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China’s leaders walking tightrope on Russia-Ukraine conflict

Beijing [China], March 5 (ANI): Following the imposition of harsh economic sanctions from the west, Russia would be looking towards Chinese commitment for assistance in resolving its fast-approaching economic hardship.

Analysts say Ukraine’s conflict will show the world whether confessions of both leaders are legitimate, or these relations are rather transactional.

Writing for the InsideOver publication, Federico Giuliani said the ongoing Russia-Ukraine conflict has also exposed the true nature of friends on each side in times of crisis.

Giuliani argued that Moscow has been taken by surprise by the reticence of Beijing on the ongoing Russia-Ukraine conflict.

“Russia would have definitely counted on China’s support when it invaded Ukraine. Though China is Russia’s biggest trading partner- with total bilateral trade between the two countries valued at $112 billion in 2020 – it seems Beijing is at sixes and sevens in supporting Moscow in the current conflict,” he added.

According to other experts, China’s leaders are walking a very difficult tightrope on the issue of Ukraine. Last month, Chinese Foreign Ministry Spokesperson Wang Wenbin said that the sovereignty and territorial integrity of all countries should be respected and maintained.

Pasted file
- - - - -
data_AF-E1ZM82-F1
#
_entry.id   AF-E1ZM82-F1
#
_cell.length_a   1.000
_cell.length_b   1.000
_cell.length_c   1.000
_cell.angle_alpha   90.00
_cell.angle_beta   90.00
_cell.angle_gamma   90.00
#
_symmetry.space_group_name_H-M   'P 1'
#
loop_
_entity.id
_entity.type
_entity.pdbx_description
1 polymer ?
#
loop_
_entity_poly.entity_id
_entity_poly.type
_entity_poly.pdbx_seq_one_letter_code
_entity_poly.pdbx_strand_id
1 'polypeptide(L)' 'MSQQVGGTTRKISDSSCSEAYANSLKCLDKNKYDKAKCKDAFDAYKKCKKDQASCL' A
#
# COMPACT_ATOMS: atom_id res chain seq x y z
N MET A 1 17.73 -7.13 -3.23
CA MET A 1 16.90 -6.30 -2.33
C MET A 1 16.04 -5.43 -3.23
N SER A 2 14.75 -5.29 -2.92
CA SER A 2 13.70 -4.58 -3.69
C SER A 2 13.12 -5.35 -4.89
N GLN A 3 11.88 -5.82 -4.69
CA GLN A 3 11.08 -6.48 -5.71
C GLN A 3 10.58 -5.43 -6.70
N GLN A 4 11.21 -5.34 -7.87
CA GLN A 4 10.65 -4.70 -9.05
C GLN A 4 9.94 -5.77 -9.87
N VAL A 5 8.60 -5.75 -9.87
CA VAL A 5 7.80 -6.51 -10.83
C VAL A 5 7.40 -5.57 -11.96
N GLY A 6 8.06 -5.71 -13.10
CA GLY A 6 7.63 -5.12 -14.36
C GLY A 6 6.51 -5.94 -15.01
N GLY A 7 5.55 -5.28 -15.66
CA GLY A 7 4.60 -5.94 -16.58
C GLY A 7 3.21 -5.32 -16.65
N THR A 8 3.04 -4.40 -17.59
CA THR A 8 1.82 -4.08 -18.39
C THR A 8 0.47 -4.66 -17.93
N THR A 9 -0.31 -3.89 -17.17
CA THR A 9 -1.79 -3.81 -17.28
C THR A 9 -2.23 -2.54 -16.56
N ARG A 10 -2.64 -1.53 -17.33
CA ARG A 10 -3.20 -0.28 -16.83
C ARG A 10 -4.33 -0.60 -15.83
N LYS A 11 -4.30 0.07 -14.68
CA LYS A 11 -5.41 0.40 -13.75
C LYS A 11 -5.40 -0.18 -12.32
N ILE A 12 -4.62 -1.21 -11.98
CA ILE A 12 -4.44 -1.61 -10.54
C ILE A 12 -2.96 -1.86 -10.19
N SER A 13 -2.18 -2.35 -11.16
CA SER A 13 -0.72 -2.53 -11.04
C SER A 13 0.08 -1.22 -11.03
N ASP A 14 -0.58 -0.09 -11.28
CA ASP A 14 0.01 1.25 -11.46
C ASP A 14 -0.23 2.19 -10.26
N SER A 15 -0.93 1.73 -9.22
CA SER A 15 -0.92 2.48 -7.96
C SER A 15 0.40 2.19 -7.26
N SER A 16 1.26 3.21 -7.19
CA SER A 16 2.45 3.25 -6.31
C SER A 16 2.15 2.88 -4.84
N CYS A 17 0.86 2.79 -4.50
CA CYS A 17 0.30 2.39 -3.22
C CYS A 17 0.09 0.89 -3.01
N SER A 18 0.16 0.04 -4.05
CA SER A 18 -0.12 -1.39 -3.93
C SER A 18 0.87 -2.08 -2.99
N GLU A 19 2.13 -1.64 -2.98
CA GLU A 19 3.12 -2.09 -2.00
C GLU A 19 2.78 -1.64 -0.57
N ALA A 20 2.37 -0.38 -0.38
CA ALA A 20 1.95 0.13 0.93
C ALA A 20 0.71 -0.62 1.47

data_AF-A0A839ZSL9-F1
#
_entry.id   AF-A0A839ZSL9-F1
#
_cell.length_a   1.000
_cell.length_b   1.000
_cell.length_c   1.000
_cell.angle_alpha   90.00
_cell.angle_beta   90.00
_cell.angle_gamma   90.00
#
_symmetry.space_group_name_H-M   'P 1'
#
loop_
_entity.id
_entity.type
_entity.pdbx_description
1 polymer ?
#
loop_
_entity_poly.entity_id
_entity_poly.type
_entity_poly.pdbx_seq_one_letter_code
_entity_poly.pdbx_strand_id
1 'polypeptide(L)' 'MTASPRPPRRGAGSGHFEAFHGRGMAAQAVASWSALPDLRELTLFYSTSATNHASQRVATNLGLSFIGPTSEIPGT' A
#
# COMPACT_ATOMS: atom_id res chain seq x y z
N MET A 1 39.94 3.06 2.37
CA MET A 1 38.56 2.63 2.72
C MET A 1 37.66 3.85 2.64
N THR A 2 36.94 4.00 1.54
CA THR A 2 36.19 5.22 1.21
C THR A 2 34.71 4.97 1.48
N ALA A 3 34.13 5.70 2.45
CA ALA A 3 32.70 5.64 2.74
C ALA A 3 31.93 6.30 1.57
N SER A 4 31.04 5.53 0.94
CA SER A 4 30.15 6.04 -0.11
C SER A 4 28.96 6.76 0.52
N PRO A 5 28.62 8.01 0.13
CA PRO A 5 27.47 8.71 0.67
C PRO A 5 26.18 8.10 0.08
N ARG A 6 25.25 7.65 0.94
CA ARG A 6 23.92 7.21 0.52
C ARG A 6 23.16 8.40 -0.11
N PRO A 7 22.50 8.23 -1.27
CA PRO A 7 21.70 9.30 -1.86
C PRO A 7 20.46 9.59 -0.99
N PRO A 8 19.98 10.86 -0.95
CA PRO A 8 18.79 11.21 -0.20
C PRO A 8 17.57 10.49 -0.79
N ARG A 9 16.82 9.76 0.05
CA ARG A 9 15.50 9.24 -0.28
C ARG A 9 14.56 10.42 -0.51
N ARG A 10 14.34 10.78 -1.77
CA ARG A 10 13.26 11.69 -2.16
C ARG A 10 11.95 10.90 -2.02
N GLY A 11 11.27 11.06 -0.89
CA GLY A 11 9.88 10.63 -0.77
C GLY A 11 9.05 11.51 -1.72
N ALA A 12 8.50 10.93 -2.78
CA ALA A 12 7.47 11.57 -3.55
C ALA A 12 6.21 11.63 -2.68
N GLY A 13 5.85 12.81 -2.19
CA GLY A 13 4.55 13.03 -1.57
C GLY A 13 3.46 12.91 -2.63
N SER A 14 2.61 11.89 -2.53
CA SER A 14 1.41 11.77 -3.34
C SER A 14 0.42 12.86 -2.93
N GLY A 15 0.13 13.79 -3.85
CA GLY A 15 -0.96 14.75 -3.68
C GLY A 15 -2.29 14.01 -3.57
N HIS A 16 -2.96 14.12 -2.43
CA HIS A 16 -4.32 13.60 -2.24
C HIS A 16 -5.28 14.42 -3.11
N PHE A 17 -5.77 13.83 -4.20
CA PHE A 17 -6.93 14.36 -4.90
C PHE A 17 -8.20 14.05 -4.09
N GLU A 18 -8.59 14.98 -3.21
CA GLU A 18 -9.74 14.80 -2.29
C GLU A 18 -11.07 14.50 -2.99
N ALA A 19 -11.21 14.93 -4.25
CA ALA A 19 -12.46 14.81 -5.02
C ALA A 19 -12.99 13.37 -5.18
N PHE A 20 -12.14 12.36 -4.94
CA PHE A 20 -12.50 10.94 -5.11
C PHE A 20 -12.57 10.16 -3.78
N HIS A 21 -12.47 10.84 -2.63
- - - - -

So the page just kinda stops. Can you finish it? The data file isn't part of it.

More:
Wenbin emphasized that China has always believed that the security of one country cannot be based on the damage to the security of other countries.

A few days later on March 1, Chinese Foreign Minister Wang Yi in a telephonic conversation with his Ukrainian counterpart Dmytro Kuleba expressed concern over the damage borne by the Ukrainian civilians in the ongoing conflict.

Wang Yi also said that China is ready to play a role in the Ukrainian ceasefire.

On the issue of economic aid to Russia, experts believe that it is unlikely that China will immediately offer aid, but it could easily become the long-term buyer of gas and other resources that Russia can’t sell to Western countries.

According to experts, even if China wants to support Russia in areas that are not subject to sanctions Beijing may face severe restrictions.

Mark Williams, the chief Asian economist at Capital Economics, said that the “financial sanctions that have been imposed on Russia by the West put significant practical constraints on China’s dealings with Russia even where they don’t restrict them directly.”

Some have suggested that China’s CIPS could be used by Russia after seven Russian banks were removed from SWIFT.

According to CNN, CIPS is much smaller in size and has only 75 direct participating banks, compared with more than 11,000 member institutions in SWIFT. Some 300 Russian financial institutions are in SWIFT. Meanwhile, only two dozen Russian banks are connected to CIPS.

“In practice, because CIPS is limited to payments in [yuan], it is only currently used for transactions with China. Banks elsewhere are unlikely to turn to CIPS as a SWIFT workaround while Russia is an international pariah,” Williams said. (ANI)

This report is auto-generated from ANI news service. ThePrint holds no responsibility for its content.

Source: The Print

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